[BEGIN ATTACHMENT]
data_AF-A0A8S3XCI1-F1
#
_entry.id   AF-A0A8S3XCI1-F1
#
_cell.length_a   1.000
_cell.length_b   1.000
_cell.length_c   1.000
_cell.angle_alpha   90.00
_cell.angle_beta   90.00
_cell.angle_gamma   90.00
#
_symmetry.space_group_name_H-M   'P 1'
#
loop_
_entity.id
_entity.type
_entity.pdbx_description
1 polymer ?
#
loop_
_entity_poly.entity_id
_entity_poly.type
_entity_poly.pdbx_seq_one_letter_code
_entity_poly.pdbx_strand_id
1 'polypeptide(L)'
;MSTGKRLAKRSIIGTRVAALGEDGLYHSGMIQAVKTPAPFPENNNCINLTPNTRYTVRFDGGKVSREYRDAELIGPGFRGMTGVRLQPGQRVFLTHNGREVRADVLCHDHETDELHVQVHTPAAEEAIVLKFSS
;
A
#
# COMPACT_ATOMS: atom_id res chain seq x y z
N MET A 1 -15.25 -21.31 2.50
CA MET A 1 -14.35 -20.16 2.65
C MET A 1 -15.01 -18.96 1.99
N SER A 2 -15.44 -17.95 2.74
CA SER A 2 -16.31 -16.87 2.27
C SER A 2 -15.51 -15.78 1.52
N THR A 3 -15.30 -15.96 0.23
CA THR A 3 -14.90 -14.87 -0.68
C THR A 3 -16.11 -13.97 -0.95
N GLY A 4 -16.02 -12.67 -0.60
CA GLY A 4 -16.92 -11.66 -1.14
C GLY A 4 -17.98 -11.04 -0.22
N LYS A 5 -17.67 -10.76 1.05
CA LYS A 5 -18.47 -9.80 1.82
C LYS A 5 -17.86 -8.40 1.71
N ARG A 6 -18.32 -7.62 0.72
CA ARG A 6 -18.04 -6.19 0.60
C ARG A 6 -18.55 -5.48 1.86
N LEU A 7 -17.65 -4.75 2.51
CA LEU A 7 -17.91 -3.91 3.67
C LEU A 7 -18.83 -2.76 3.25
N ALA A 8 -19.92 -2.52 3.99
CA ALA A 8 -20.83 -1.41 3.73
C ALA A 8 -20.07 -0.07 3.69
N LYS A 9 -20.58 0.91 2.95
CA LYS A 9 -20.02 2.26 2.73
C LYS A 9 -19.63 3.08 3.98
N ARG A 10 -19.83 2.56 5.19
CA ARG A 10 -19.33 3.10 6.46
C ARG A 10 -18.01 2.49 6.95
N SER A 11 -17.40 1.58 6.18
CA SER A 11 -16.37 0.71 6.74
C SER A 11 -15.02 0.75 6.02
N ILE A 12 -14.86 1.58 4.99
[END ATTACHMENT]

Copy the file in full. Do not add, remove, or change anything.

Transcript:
data_AF-A0A8S3XCI1-F1
#
_entry.id   AF-A0A8S3XCI1-F1
#
_cell.length_a   1.000
_cell.length_b   1.000
_cell.length_c   1.000
_cell.angle_alpha   90.00
_cell.angle_beta   90.00
_cell.angle_gamma   90.00
#
_symmetry.space_group_name_H-M   'P 1'
#
loop_
_entity.id
_entity.type
_entity.pdbx_description
1 polymer ?
#
loop_
_entity_poly.entity_id
_entity_poly.type
_entity_poly.pdbx_seq_one_letter_code
_entity_poly.pdbx_strand_id
1 'polypeptide(L)'
;MSTGKRLAKRSIIGTRVAALGEDGLYHSGMIQAVKTPAPFPENNNCINLTPNTRYTVRFDGGKVSREYRDAELIGPGFRGMTGVRLQPGQRVFLTHNGREVRADVLCHDHETDELHVQVHTPAAEEAIVLKFSS
;
A
#
# COMPACT_ATOMS: atom_id res chain seq x y z
N MET A 1 -15.25 -21.31 2.50
CA MET A 1 -14.35 -20.16 2.65
C MET A 1 -15.01 -18.96 1.99
N SER A 2 -15.44 -17.95 2.74
CA SER A 2 -16.31 -16.87 2.27
C SER A 2 -15.51 -15.78 1.52
N THR A 3 -15.30 -15.96 0.23
CA THR A 3 -14.90 -14.87 -0.68
C THR A 3 -16.11 -13.97 -0.95
N GLY A 4 -16.02 -12.67 -0.60
CA GLY A 4 -16.92 -11.66 -1.14
C GLY A 4 -17.98 -11.04 -0.22
N LYS A 5 -17.67 -10.76 1.05
CA LYS A 5 -18.47 -9.80 1.82
C LYS A 5 -17.86 -8.40 1.71
N ARG A 6 -18.32 -7.62 0.72
CA ARG A 6 -18.04 -6.19 0.60
C ARG A 6 -18.55 -5.48 1.86
N LEU A 7 -17.65 -4.75 2.51
CA LEU A 7 -17.91 -3.91 3.67
C LEU A 7 -18.83 -2.76 3.25
N ALA A 8 -19.92 -2.52 3.99
CA ALA A 8 -20.83 -1.41 3.73
C ALA A 8 -20.07 -0.07 3.69
N LYS A 9 -20.58 0.91 2.95
CA LYS A 9 -20.02 2.26 2.73
C LYS A 9 -19.63 3.08 3.98
N ARG A 10 -19.83 2.56 5.19
CA ARG A 10 -19.33 3.10 6.46
C ARG A 10 -18.01 2.49 6.95
N SER A 11 -17.40 1.58 6.18
CA SER A 11 -16.37 0.71 6.74
C SER A 11 -15.02 0.75 6.02
N ILE A 12 -14.86 1.58 4.99